The Hard Part of Starting a New Business


Starting a new business is no easy feat. It requires juggling numerous tasks and responsibilities, from finding suppliers to designing a logo, from securing leases to hiring employees. With so much to focus on, it’s easy to get distracted and lose sight of what truly matters. In this article, we’ll explore the hard part of starting a new business and why it’s crucial to prioritize it for success.

The Endless Tasks

When embarking on a new venture, there seems to be an endless list of tasks to tackle. From creating a compelling logo to expanding the supplier roster, it’s easy to get caught up in these necessary but insufficient tasks. While they may be important, they alone won’t create enough impact to drive real change. And change is essential for every new project to thrive.

The Hiding Behind Tasks

Focusing solely on these tasks can be a form of hiding. We tend to gravitate towards what is known and doable, as it gives us a sense of accomplishment. We might find ourselves spending excessive amounts of time perfecting a logo or brainstorming ways to make our terms of service more interesting, all while neglecting the hard part of the business – customer traction.

Customer Traction – The Real Challenge

The hard part of starting a new business lies in gaining customer traction. It’s about finding enough customers who are not only willing to pay a fair price for your product or service but also excitedly spread the word. When customers become advocates and bring in new customers, generating more income than expenses, your project becomes viable and successful.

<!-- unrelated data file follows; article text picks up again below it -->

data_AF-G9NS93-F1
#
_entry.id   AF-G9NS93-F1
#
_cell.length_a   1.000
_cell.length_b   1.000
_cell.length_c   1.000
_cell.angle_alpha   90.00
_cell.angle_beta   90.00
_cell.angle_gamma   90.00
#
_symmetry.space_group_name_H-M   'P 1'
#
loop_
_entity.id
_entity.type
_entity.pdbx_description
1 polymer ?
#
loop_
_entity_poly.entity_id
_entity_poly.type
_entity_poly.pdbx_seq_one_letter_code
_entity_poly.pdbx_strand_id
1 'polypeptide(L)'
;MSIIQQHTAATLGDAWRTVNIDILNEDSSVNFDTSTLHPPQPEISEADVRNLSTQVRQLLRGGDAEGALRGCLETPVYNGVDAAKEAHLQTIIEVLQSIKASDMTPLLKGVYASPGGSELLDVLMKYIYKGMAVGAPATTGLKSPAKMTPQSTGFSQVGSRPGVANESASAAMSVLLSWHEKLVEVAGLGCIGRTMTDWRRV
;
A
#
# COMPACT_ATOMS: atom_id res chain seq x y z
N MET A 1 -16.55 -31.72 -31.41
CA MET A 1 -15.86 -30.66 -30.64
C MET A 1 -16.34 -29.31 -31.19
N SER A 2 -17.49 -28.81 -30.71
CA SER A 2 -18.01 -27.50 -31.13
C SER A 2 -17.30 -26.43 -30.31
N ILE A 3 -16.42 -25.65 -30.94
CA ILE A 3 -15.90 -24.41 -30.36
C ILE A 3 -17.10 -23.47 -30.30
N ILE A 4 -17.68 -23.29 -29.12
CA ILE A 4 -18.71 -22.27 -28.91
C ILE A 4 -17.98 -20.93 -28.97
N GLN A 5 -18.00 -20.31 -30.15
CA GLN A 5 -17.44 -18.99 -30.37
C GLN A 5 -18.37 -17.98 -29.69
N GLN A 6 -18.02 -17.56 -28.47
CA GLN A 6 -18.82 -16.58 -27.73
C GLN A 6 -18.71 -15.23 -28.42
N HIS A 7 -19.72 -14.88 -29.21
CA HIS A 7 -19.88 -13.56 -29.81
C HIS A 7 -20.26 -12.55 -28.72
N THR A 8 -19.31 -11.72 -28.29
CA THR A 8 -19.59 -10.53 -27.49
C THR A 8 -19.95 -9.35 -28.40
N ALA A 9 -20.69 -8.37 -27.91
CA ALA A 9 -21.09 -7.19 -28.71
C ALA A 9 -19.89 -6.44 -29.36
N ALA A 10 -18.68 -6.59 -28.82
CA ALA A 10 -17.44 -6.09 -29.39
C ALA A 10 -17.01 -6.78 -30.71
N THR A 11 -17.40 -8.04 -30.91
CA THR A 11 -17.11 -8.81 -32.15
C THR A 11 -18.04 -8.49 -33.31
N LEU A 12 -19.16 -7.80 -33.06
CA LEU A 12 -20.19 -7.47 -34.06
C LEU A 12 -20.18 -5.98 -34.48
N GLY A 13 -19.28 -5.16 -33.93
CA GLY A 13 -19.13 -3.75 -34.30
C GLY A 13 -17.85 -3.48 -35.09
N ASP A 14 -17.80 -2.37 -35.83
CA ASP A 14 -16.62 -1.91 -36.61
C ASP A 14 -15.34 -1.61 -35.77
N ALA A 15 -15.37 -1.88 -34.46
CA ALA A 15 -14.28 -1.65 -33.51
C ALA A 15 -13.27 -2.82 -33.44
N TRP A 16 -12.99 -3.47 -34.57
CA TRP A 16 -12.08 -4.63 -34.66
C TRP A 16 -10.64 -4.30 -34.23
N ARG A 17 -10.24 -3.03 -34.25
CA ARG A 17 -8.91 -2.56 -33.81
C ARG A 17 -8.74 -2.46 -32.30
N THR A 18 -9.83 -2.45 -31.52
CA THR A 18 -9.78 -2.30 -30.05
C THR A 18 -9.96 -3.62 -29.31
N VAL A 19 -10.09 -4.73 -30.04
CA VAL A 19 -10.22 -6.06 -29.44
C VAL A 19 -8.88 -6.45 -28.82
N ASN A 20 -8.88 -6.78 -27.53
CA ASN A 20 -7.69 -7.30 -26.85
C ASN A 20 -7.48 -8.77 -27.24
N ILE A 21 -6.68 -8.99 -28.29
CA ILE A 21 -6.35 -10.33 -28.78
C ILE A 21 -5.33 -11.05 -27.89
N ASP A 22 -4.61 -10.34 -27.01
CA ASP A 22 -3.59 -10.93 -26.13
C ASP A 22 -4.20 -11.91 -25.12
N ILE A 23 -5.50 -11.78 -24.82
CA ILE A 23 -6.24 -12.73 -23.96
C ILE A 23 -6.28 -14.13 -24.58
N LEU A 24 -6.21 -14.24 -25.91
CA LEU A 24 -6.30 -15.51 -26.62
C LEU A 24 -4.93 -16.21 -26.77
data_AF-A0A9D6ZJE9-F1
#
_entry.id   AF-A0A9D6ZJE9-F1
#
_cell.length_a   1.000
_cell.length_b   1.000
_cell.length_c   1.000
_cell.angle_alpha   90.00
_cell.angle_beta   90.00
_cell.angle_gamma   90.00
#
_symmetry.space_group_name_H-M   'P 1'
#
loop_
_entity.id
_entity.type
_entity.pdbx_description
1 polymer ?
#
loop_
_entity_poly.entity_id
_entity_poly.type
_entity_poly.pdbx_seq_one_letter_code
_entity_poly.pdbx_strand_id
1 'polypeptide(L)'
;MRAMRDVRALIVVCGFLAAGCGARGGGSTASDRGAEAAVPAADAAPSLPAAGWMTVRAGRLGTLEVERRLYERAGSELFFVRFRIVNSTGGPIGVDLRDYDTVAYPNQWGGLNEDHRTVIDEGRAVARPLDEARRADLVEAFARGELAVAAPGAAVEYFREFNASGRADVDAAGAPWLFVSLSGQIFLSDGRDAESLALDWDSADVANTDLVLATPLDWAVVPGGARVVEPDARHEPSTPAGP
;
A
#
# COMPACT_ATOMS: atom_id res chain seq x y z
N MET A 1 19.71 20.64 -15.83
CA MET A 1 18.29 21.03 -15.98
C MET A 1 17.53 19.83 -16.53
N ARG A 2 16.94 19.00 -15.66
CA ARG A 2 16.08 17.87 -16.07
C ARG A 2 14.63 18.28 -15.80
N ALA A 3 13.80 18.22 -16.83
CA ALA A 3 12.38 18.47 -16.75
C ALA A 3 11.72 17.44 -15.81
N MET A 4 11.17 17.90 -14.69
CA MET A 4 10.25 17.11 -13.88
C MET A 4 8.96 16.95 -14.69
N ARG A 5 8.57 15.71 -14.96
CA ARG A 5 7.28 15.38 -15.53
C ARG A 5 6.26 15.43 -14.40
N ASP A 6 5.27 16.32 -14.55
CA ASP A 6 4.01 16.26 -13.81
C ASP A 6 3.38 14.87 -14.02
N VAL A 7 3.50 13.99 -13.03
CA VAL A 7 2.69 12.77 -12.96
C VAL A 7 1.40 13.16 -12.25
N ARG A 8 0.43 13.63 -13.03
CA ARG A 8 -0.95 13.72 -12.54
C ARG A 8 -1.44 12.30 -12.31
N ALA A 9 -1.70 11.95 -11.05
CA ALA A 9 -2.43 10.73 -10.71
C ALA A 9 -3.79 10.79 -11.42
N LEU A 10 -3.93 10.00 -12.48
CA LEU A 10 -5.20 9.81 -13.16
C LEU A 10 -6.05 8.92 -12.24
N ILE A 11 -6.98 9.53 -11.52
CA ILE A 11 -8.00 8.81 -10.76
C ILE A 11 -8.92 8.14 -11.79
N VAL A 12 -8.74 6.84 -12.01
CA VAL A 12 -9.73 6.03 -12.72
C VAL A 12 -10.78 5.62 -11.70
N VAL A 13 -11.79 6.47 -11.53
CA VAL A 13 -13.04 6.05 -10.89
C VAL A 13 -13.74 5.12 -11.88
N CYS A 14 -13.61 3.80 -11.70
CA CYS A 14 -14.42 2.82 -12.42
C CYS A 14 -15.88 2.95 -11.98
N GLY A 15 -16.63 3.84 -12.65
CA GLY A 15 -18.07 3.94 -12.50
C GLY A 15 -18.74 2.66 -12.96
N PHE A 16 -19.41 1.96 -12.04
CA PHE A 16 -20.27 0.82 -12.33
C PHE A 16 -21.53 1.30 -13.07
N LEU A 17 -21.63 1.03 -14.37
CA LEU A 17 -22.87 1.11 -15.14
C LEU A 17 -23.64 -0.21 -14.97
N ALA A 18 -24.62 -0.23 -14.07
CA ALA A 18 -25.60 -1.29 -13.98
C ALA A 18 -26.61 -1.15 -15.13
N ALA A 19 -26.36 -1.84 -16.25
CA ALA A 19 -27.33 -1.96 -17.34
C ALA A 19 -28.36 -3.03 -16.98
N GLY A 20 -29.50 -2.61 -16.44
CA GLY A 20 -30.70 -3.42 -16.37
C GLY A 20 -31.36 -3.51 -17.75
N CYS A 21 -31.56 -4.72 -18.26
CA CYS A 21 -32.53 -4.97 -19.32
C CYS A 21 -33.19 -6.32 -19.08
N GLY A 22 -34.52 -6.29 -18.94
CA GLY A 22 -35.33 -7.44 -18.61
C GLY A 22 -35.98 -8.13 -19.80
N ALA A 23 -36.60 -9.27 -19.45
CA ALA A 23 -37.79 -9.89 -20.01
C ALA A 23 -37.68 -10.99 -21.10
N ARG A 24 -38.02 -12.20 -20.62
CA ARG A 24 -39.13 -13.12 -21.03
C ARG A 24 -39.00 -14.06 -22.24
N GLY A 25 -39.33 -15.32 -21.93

Outsourcing vs. Hardness

Interestingly, the hard part of starting a business isn’t necessarily the task that costs the most money. Tasks can often be outsourced to experts, effectively relieving the burden on the founder. For example, rather than building your own email server, you can simply rent one. In the realm of book publishing, printing, typesetting, copyediting, and legal work aren’t actually hard – there are professionals eager to handle these aspects for you.

The true challenge lies in customer traction, in building a loyal customer base that will not only support your business financially but also spread the word organically. It is where founders must invest their time and energy.

Allocating Time and Resources Wisely

It’s crucial for founders to understand that every minute spent not working on customer traction may be misallocated. While other tasks may seem important in the moment, they pale in comparison to the impact of attracting customers who will become loyal and generate more revenue in the long run.

By focusing on customer traction from the outset, entrepreneurs can set their projects up for success. It requires a shift in mindset from the day-to-day tasks to the broader picture of building a customer base that will sustain and grow the business.

Closing Summary

Starting a new business is a complex undertaking that involves numerous tasks and responsibilities. However, it’s essential for founders to recognize that the hard part lies in gaining customer traction. The ability to attract enough customers who are not only willing to pay but also evangelize your business is what sets a project up for success. By prioritizing customer traction and allocating time and resources accordingly, entrepreneurs can ensure they are focusing on what truly matters in the journey of building a thriving business. So, don’t get lost in the endless tasks, but instead, put your energy into finding and delighting those customers who will drive your business forward.